Do your Grades reflect the average of your five closest friends
Do your Grades reflect the average of your five closest friends?
Ask your five closest friends what grades they have (or GPA) - as if that's not an awkward conversation - and divide that by five. Is it pretty close to your own?
The "Law of Averages" states that we are very similar to the five people we spend most of our time with. If you’re not happy with the results of your five closest friend’s grades, and you’re not thrilled with our own grades, to put it bluntly, you may want to look for some better friends.
Personally, I had some less-than-stellar friends my Freshman, Sophomore, and the first half of my Junior years of high school. There is precious little time for homework and class projects when you’re out pretending to be the next Baja 5,000 Trophy Truck winner. My friend's grades were suffering, my grades were suffering and I was barely on track to graduate. Then, I joined a couple of clubs, and that introduced me to new types of friends. I'm still friends with many of these individuals today. They invited me to things like SAT test prep courses, compared SAT scores when we took the first test, and encouraged me to practice and retake the test. My grades rose and while there was still a lot of damage to my overall GPA, I made some honor-roll's and such during the remaining semesters. These things saved me money in college and really worked to get me off to a good start as I moved to being an adult.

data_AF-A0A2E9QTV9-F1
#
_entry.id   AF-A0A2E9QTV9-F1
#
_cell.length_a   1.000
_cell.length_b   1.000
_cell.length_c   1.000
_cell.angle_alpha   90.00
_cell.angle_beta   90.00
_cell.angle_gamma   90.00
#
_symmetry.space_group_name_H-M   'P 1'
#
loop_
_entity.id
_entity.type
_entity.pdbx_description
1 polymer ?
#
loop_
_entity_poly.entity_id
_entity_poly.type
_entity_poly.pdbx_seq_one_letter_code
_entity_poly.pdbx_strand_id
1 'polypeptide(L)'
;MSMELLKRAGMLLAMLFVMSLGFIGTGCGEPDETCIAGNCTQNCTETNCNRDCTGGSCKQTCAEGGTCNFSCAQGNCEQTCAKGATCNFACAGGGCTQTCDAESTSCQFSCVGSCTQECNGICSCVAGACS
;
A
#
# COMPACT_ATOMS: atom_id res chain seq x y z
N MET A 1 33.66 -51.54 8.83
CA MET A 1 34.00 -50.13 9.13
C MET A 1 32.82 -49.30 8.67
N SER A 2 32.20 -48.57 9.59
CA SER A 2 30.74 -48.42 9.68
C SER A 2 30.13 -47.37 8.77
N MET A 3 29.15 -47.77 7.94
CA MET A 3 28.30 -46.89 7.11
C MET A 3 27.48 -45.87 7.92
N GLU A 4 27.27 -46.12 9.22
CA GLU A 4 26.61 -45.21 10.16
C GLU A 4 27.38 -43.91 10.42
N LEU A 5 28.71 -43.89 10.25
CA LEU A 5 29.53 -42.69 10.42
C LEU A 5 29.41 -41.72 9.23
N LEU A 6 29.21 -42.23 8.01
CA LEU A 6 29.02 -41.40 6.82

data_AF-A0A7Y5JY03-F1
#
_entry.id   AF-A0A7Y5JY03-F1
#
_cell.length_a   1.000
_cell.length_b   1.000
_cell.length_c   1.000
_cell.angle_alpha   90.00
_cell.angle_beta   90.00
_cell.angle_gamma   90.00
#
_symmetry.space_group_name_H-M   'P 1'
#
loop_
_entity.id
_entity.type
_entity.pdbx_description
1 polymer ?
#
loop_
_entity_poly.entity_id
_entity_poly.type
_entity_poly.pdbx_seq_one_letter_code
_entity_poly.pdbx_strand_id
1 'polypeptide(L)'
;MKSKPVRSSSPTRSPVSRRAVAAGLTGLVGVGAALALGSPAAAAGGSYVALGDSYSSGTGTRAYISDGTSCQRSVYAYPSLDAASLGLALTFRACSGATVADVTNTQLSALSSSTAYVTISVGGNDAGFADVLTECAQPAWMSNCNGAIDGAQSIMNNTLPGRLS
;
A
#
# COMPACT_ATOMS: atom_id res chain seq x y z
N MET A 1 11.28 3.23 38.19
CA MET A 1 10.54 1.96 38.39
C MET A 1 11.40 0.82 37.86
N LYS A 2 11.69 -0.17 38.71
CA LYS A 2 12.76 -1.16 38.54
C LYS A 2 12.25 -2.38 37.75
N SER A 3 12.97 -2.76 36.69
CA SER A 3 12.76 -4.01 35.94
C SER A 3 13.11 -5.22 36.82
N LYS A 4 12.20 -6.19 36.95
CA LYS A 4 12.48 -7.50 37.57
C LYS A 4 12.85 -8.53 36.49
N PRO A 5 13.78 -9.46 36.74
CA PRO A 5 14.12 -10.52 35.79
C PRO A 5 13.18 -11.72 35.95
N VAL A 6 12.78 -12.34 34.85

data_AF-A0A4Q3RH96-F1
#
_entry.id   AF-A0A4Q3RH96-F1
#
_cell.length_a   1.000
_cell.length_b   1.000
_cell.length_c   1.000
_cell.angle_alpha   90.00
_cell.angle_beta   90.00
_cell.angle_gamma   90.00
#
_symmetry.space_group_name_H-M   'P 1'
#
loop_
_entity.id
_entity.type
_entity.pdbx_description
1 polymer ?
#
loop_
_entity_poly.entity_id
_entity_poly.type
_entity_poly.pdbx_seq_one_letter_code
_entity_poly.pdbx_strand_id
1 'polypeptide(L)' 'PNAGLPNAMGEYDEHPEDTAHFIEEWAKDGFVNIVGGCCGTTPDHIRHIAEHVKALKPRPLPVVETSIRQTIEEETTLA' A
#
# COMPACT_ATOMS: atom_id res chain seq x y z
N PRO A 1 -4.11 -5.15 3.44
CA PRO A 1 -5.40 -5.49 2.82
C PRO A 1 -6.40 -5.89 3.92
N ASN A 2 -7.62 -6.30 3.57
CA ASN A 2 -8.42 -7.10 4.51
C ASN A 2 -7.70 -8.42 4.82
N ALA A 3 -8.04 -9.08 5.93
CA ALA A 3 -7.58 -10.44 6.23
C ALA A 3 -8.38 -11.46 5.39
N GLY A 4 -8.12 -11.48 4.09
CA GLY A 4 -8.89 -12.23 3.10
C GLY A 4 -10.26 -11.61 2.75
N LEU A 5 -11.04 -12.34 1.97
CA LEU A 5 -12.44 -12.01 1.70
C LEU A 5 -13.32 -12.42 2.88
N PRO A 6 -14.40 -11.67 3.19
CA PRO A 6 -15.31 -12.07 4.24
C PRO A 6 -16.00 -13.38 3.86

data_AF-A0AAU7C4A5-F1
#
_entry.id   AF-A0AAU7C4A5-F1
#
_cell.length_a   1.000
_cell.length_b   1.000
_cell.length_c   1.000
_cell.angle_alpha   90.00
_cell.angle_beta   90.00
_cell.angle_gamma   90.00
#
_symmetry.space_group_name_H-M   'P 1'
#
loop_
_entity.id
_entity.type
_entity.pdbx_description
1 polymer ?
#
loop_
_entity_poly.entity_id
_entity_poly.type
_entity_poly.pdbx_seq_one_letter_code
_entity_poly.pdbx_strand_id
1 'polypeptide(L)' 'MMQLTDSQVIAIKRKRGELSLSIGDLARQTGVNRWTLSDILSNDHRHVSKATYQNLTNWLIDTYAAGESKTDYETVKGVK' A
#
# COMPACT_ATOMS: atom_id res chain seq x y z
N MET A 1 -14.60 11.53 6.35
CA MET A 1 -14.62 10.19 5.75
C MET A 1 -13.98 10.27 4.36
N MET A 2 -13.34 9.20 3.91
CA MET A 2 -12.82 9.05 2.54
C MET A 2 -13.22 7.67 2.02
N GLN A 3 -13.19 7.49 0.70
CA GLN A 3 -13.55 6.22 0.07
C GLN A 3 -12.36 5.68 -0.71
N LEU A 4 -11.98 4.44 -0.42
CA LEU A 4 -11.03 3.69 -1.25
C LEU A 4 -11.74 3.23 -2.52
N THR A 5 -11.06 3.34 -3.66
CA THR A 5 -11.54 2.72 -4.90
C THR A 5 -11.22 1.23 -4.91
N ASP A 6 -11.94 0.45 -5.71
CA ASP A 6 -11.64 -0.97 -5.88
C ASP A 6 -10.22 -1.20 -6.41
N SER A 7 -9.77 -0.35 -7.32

As adults the "Law of Averages" still plays a role, only now its finances. Take the bank account balance of your five closest friends and average that and it will be very close to the balance in your own account.
Moral of the Story? If you want a healthy bank account balance, have five close friends with large bank account balances. Want better grades...
For more information on this concept read this article about Warren Buffett and Bill Gates.
As you move into adulthood do you see yourself trying to find friends that improve your financial situation?
Are you the friend at one of the two extremes (top or bottom of the grade scale) How does it feel to be pulled in the opposite direction? If you’re not at one end or the other (in the middle) what can you do to help those at the bottom and how can you be more sensitive to the ones at the top?
Do It! Ask five very close friends (people you spend most of your day/free time with) what their GPA is. Average it. How does it compare to your own? (Rhetorical question: do you need new friends?) How could you help to improve your friend’s grades (and your own as a by-product)?
PowerPoint: Scarcity and Choices